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'I’m more competitive than I’ve ever been.' | Maine native Emily Sweeney crashes in second luge run of 2022 Beijing Olympics

Sweeney crashed in her second run but was able to hold on to her sled and cross the finish line.

PORTLAND, Maine — Maine native Emily Sweeney crashed during her second run on the luge track at the 2022 Beijing Winter Olympics on Monday.

Sweeney, who has the fastest run by a U.S. woman this Winter Olympics and was in 10th after her first run, ended the individual competition in 26th.

The two-time Olympian got upended in the last four curves, 13-16, and slid across the finish line with sled in hand to keep her in the competition. But she is well off the pace.

“My results aren’t showing it, but I’m more competitive than I’ve ever been,” Sweeney said. “I have more eyes on me from other countries than I’ve ever had. I’m actually sliding very well on the sled. People have been complimenting me from all different walks of sliding. It’s crazy, but I feel good on the sled. It’s just something’s missing, and in a sport that’s timed to the thousandth of a second, you can’t have something missing.”

"It's a tough spot," Sweeney told reporters after Monday's race. "You have to come out right. If you're not correct coming out, the track dips away, and then you're weightless a little bit. And so, if you're crooked a little bit in your sled, or if you're not in a great spot, it'll get you."

If she maintains that fastest time for a U.S. woman, she could be chosen for the Team Relay.

Sweeney crashed in the 2018 Olympic Games in Pyeongchang, suffering a broken neck and back.

"I had literally the perfect storm of a crash. I hit the wrong spot and then was airborne. And when you're airborne in luge, you don't have control," Sweeney said in an interview before leaving for Beijing. "I was just a victim of physics at that point."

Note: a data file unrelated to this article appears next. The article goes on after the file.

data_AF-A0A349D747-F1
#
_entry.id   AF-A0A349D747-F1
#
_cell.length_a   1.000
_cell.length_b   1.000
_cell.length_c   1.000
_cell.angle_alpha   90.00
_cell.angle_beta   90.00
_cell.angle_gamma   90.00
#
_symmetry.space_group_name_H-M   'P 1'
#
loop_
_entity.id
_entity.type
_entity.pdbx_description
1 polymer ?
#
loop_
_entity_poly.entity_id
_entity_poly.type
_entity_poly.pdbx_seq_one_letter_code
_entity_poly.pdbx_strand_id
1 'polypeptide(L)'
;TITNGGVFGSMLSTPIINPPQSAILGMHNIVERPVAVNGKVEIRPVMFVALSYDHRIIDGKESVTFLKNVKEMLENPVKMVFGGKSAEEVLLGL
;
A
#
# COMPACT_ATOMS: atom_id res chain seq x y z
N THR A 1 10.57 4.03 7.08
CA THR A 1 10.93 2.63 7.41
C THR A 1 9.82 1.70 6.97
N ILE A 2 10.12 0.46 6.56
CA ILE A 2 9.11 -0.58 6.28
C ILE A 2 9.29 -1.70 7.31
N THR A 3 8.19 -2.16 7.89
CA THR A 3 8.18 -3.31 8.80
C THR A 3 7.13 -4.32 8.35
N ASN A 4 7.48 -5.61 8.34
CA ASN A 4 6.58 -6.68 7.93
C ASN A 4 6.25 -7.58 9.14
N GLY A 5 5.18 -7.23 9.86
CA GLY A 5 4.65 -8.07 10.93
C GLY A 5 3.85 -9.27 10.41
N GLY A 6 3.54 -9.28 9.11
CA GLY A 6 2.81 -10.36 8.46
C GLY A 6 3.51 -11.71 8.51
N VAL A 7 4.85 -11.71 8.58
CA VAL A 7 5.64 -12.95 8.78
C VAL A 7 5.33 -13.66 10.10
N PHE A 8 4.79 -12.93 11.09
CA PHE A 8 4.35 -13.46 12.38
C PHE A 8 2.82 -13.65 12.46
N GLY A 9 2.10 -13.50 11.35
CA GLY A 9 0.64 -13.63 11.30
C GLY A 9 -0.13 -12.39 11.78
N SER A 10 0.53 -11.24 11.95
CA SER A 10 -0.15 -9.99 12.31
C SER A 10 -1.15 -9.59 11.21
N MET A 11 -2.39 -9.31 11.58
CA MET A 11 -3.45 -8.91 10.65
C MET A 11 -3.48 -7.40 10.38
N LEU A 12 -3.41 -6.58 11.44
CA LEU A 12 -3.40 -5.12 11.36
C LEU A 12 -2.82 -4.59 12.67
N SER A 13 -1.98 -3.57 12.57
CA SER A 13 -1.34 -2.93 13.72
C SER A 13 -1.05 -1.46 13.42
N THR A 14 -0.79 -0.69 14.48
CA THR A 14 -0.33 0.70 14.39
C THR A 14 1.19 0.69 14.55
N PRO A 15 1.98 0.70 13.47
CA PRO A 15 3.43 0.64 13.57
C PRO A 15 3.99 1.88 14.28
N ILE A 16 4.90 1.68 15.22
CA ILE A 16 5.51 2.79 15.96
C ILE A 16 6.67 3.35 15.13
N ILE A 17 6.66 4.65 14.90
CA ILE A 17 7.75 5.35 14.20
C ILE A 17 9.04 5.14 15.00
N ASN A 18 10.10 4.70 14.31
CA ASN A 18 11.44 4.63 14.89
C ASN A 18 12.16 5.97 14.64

Crashing is not uncommon in luge. Due to the speed, slickness, and strict need for balance, many athletes tap the track walls or end up spinning out. But not many crashes end up in serious injuries.

Six months after the crash in 2018, Sweeney's bones had healed. 

"I had never been afraid of luge before," she said. "So that was challenging."

Her sister, Megan Schafer, who was also an Olympic luge athlete with Team USA in the 2010 Vancouver Games, was in the stands in Pyeongchang when Sweeney crashed.

"I still haven't seen the video in full," Schafer said. "As soon as I saw Emily start to turn, I took off. I knew exactly where she was on the track, and I needed to be there when she finally stopped. It was the scariest moment of my life."

"I was so proud of her to get up and walk away. She went through a really hard time after the Olympics, and she's in this place now where she's like, 'I have the opportunity to re-write my story.' And that's so powerful. But, yeah, that really sucked," Schafer said. "It's been four very, very long years of her relearning her mental state towards sliding, but also her physical state."

Emily has worked just as much mentally as she has physically to recover and get back on the sled.

"It is in the back of my mind, but honestly, I talked a lot about it leading up to the beginning of the season. But then I turned that part of my brain off because it's draining for me to go back there because it was super challenging. But right now, I'm just focused on building momentum towards the next shot," Sweeney said in a press conference before leaving for Beijing.

"Emily is fine, but that was a tough pill to swallow," USA Luge spokesperson Sandy Caligiore wrote in an e-mail on Monday. "She'll race tonight (Tuesday in Beijing) but will need a very good third run to get a fourth Top 20 advance."

For Emily, she will need to tap into those same strategies she used to overcome 2018's crash, ones she has used in the last 1,460 days.

"Everyone has their own routines of what they do before you have to go. For me, I clear my mind completely because you can't have any distractions when you're going down the track. Any secondary reaction is too late. By that time, you have it, so it's just about clearing my mind and being in that free space, which luge has always been that [way] for me. Even now, as much as we are in the craziness of the Olympic year, still in a pandemic, of all these things, every time you sit on the sled and pull off the handles, you're in the zone," Sweeney said in a news conference before leaving for Beijing.

NEWS CENTER Maine spoke with Sweeney, and the full interview can be seen below:

NEWS CENTER Maine also spoke with Megan Schafer, Sweeney's sister, a former luge Olympian. Watch the full video below.  


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